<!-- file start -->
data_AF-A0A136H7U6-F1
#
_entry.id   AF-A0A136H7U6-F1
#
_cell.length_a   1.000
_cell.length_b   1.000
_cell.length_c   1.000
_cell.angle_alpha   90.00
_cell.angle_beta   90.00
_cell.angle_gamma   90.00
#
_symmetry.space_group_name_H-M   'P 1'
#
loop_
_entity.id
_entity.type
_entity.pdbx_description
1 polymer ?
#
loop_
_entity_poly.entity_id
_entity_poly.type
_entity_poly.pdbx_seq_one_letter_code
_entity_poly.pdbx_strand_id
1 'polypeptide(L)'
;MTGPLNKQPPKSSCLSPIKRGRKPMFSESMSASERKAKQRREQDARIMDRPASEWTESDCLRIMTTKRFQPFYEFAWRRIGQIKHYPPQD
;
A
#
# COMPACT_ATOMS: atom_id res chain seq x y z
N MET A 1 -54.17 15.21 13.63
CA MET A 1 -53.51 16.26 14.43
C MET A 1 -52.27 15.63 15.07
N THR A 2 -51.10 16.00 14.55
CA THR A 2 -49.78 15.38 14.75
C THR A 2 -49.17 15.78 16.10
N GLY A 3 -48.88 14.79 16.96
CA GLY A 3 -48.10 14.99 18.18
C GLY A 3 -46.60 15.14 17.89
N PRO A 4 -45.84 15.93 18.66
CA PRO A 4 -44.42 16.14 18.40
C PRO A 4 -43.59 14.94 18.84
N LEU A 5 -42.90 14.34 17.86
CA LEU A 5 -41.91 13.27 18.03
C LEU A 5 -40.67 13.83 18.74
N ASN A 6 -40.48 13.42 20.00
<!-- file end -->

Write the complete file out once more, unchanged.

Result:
data_AF-A0A136H7U6-F1
#
_entry.id   AF-A0A136H7U6-F1
#
_cell.length_a   1.000
_cell.length_b   1.000
_cell.length_c   1.000
_cell.angle_alpha   90.00
_cell.angle_beta   90.00
_cell.angle_gamma   90.00
#
_symmetry.space_group_name_H-M   'P 1'
#
loop_
_entity.id
_entity.type
_entity.pdbx_description
1 polymer ?
#
loop_
_entity_poly.entity_id
_entity_poly.type
_entity_poly.pdbx_seq_one_letter_code
_entity_poly.pdbx_strand_id
1 'polypeptide(L)'
;MTGPLNKQPPKSSCLSPIKRGRKPMFSESMSASERKAKQRREQDARIMDRPASEWTESDCLRIMTTKRFQPFYEFAWRRIGQIKHYPPQD
;
A
#
# COMPACT_ATOMS: atom_id res chain seq x y z
N MET A 1 -54.17 15.21 13.63
CA MET A 1 -53.51 16.26 14.43
C MET A 1 -52.27 15.63 15.07
N THR A 2 -51.10 16.00 14.55
CA THR A 2 -49.78 15.38 14.75
C THR A 2 -49.17 15.78 16.10
N GLY A 3 -48.88 14.79 16.96
CA GLY A 3 -48.10 14.99 18.18
C GLY A 3 -46.60 15.14 17.89
N PRO A 4 -45.84 15.93 18.66
CA PRO A 4 -44.42 16.14 18.40
C PRO A 4 -43.59 14.94 18.84
N LEU A 5 -42.90 14.34 17.86
CA LEU A 5 -41.91 13.27 18.03
C LEU A 5 -40.67 13.83 18.74
N ASN A 6 -40.48 13.42 20.00